@acresverde Sounds like you had a "perfectly normal" relationship between a young enthusiast and a sports car to me. I still abuse my turbocharged Alpine. It deserves better than me.
@ghasley Your mechanic is partially correct. The #8 plug is accessed thru a grommet in the driver's side transmission hump. It's actually quite easy to remove/reinstall. #s 2-7, not so much. It rate myself a 6.2 on the "vintage car mechanic scale" and have kept a couple of Tigers running for 20+ years. Sounds like your mechanic needs to stick to working on slant six Plymouth Valiants. Lots of room to work in the engine bay.
@waytoomuchstuff LOL…he focused mostly on pre-war French and German cars and post war Mercedes up through the early 1960’s. He could be forgiven for not wanting to venture into British cars with American iron transplants. Im sure you have fun with your Tiger.
....speaking of 'going off-topic (which I'm shocked hadn't happened earlier...)...
A 'beam Tiger was a hoot to see IRL...
"Cute droptop....is it fu.....WTH!"
"I guess it is....*LOL*"
Watched an Elan suck the doors off a Stingray 'Vette.... I'd bet the 'Vette owner did some homework to find out WTH that car was....Refrigerator White, innocent as yellow snow..... ;)
The Tiger would have survived if only they'd opted like Shelby to clean slate' the entire car. The existing frames weren't up to dealing with v8 anything....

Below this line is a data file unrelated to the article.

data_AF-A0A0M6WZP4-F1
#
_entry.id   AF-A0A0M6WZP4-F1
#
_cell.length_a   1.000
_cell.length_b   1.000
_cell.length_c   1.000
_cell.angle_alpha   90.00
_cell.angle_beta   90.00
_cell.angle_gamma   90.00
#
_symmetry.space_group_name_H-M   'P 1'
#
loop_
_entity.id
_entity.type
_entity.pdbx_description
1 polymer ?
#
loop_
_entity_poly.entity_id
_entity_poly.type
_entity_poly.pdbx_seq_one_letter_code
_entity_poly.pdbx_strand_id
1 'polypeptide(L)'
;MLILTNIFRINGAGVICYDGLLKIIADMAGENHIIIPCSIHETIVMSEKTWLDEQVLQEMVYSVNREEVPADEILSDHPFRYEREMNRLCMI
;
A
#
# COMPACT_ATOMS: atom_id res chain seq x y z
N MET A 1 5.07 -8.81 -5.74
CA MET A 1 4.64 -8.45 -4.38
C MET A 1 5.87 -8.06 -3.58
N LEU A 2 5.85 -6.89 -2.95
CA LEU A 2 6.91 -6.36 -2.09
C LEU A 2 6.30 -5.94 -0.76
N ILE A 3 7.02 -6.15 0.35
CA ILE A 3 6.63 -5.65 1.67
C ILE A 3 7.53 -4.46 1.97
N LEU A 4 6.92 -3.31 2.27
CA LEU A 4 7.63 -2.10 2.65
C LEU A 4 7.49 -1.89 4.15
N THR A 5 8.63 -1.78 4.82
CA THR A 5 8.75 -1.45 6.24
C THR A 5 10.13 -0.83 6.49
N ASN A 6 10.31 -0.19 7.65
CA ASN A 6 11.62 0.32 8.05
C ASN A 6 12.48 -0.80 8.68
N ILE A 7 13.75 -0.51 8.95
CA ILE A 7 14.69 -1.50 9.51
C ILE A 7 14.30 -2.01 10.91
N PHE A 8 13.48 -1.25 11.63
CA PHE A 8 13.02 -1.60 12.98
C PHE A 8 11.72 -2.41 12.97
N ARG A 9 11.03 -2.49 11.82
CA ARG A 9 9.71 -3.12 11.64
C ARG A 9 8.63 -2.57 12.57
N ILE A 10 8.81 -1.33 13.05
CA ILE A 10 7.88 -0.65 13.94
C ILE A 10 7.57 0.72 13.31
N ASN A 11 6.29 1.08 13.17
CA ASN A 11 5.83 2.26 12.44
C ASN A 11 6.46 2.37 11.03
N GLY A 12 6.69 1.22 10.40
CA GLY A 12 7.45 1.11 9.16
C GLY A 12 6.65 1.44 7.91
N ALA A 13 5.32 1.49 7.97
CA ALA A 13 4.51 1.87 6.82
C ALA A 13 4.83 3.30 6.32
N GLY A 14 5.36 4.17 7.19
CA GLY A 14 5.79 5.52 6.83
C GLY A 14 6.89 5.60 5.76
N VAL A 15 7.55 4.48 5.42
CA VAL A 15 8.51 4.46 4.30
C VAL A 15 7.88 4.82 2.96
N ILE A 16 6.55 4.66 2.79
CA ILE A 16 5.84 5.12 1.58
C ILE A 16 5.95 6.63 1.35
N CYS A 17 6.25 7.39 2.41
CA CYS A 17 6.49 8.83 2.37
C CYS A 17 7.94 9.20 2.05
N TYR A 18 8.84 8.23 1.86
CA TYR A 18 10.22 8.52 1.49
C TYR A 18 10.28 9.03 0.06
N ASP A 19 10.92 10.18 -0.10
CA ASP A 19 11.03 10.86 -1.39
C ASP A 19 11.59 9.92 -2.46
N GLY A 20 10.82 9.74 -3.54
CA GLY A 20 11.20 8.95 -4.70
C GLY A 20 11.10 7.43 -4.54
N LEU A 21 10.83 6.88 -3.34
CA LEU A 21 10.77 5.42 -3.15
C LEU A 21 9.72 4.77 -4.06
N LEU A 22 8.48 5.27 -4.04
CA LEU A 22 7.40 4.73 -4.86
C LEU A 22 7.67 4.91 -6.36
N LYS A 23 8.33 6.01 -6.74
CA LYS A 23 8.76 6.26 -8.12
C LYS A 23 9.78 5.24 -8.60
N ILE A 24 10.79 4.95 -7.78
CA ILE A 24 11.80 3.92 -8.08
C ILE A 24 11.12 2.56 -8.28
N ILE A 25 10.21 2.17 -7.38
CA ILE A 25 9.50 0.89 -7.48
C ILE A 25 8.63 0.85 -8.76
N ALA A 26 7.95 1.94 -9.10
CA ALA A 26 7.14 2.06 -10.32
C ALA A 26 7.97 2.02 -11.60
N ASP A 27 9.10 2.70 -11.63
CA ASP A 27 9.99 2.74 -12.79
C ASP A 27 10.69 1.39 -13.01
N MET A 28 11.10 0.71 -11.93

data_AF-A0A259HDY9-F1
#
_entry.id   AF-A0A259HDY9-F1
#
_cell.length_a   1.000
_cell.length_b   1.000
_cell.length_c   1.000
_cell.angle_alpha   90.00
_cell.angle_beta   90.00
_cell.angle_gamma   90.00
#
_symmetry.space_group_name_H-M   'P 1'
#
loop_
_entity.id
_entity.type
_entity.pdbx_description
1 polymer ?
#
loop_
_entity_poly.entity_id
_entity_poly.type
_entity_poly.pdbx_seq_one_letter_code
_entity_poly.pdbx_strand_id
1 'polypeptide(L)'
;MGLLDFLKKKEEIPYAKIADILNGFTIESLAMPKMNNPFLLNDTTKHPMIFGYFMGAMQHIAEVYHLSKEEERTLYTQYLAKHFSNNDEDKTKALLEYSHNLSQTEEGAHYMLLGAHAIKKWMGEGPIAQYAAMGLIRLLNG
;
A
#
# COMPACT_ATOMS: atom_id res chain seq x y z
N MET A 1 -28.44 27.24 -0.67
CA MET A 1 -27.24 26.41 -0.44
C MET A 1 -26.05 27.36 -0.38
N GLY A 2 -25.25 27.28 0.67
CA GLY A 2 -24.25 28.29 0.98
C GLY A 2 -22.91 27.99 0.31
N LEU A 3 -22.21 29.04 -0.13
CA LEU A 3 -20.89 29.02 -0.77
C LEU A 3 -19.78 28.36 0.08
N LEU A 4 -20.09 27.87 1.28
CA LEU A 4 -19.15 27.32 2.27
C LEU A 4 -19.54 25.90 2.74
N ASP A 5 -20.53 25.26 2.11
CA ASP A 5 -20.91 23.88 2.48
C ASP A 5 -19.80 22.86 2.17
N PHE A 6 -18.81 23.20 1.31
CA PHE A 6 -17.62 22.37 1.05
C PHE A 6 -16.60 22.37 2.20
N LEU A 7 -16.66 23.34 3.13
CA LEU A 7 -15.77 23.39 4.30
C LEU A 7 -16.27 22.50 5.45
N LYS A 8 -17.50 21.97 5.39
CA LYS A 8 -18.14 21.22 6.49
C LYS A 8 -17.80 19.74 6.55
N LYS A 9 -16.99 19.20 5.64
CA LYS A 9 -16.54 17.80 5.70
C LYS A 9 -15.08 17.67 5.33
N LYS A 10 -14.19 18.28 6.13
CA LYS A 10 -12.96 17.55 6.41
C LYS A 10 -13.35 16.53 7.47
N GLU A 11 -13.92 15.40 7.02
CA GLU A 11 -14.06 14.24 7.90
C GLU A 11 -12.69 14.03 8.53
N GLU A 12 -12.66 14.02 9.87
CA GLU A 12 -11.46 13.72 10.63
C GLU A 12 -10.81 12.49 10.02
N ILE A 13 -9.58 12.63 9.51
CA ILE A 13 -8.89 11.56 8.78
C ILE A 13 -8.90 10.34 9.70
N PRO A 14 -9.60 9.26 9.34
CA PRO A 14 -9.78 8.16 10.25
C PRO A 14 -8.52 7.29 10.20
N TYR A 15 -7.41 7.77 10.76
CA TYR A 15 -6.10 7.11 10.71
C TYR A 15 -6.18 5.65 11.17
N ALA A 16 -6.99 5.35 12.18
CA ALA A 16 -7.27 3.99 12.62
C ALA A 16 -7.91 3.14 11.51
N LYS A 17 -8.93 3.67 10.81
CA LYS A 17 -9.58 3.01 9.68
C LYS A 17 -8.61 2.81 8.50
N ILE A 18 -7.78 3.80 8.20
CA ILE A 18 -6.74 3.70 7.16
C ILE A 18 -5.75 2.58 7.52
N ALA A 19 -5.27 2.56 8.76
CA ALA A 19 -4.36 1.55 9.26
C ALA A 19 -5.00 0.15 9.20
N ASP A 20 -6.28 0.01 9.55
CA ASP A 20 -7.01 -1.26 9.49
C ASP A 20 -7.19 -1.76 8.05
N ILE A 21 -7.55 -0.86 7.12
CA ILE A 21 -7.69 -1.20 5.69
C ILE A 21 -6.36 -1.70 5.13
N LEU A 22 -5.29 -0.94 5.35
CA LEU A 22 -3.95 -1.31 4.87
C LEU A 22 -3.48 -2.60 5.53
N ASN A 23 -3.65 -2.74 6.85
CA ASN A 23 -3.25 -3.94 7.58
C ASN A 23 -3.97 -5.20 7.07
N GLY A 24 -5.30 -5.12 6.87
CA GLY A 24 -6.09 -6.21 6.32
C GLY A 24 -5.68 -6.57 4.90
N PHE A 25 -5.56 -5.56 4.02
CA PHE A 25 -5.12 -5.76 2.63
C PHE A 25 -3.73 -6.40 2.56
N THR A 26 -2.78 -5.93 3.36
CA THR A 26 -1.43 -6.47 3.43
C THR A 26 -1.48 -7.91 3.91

@waytoomuchstuff ...*L* Nahh, you're quite 'normal' 'bout your Tiger...
...and your 'apparent age' makes you a Perfect 'Sleeper'.
Obviously, none of you had the temerity to get one of these and spend so much time fixing, towing and pushing it that you could work on it blind folded:
I took it from stock and added a 1/4 race cam with a 40mm Weber downdraft carb on matching intake manifold from FAZA Racing (run by Al Consentino of Florida). The carb linkage that came with it didn't match so I had it and the stock one cut and welded together so it would work (front half of one and rear of other). Also had the FAZA headers and ran straight pipes out the back.
With over 30 additional HP I terrorized Triumphs, MGs and smaller Porsches out on Mulholland Dr. That Webber was the easiest carb to work on and swapping air and fuel jets took just a few minutes. Everything was tuned by ear. Those simpler days were the best.
All the best,